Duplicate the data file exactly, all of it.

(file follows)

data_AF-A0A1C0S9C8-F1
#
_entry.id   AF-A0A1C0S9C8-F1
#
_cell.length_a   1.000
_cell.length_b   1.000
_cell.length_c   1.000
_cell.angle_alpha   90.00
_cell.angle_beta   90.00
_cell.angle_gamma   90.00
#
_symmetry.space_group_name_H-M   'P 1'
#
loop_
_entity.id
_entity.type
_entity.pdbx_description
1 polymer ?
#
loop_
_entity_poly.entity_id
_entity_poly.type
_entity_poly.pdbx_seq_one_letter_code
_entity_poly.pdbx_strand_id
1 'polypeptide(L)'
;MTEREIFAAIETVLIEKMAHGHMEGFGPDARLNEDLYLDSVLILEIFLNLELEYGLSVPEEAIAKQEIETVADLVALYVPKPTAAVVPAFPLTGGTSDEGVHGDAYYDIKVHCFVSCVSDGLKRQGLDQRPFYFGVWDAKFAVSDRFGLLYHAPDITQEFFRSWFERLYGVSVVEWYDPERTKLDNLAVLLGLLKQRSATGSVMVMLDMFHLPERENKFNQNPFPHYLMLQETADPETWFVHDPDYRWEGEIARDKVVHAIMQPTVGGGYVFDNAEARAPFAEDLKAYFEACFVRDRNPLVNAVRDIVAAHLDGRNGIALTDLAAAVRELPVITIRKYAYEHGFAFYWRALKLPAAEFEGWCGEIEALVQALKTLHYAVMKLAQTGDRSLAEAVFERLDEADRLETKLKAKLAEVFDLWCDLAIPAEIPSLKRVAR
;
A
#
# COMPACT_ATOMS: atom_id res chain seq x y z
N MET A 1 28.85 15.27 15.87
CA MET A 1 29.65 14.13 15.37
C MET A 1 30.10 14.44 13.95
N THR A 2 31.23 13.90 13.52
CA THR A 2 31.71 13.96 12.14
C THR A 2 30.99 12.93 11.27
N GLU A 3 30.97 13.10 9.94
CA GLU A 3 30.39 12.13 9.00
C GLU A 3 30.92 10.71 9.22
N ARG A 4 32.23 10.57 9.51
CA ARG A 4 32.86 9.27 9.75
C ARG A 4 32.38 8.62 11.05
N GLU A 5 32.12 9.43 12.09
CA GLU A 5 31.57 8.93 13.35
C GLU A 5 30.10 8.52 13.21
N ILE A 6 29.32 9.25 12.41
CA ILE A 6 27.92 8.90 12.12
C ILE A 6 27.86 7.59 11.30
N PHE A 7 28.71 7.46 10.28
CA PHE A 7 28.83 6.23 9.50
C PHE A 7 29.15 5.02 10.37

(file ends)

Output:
data_AF-A0A1C0S9C8-F1
#
_entry.id   AF-A0A1C0S9C8-F1
#
_cell.length_a   1.000
_cell.length_b   1.000
_cell.length_c   1.000
_cell.angle_alpha   90.00
_cell.angle_beta   90.00
_cell.angle_gamma   90.00
#
_symmetry.space_group_name_H-M   'P 1'
#
loop_
_entity.id
_entity.type
_entity.pdbx_description
1 polymer ?
#
loop_
_entity_poly.entity_id
_entity_poly.type
_entity_poly.pdbx_seq_one_letter_code
_entity_poly.pdbx_strand_id
1 'polypeptide(L)'
;MTEREIFAAIETVLIEKMAHGHMEGFGPDARLNEDLYLDSVLILEIFLNLELEYGLSVPEEAIAKQEIETVADLVALYVPKPTAAVVPAFPLTGGTSDEGVHGDAYYDIKVHCFVSCVSDGLKRQGLDQRPFYFGVWDAKFAVSDRFGLLYHAPDITQEFFRSWFERLYGVSVVEWYDPERTKLDNLAVLLGLLKQRSATGSVMVMLDMFHLPERENKFNQNPFPHYLMLQETADPETWFVHDPDYRWEGEIARDKVVHAIMQPTVGGGYVFDNAEARAPFAEDLKAYFEACFVRDRNPLVNAVRDIVAAHLDGRNGIALTDLAAAVRELPVITIRKYAYEHGFAFYWRALKLPAAEFEGWCGEIEALVQALKTLHYAVMKLAQTGDRSLAEAVFERLDEADRLETKLKAKLAEVFDLWCDLAIPAEIPSLKRVAR
;
A
#
# COMPACT_ATOMS: atom_id res chain seq x y z
N MET A 1 28.85 15.27 15.87
CA MET A 1 29.65 14.13 15.37
C MET A 1 30.10 14.44 13.95
N THR A 2 31.23 13.90 13.52
CA THR A 2 31.71 13.96 12.14
C THR A 2 30.99 12.93 11.27
N GLU A 3 30.97 13.10 9.94
CA GLU A 3 30.39 12.13 9.00
C GLU A 3 30.92 10.71 9.22
N ARG A 4 32.23 10.57 9.51
CA ARG A 4 32.86 9.27 9.75
C ARG A 4 32.38 8.62 11.05
N GLU A 5 32.12 9.43 12.09
CA GLU A 5 31.57 8.93 13.35
C GLU A 5 30.10 8.52 13.21
N ILE A 6 29.32 9.25 12.41
CA ILE A 6 27.92 8.90 12.12
C ILE A 6 27.86 7.59 11.30
N PHE A 7 28.71 7.46 10.28
CA PHE A 7 28.83 6.23 9.50
C PHE A 7 29.15 5.02 10.37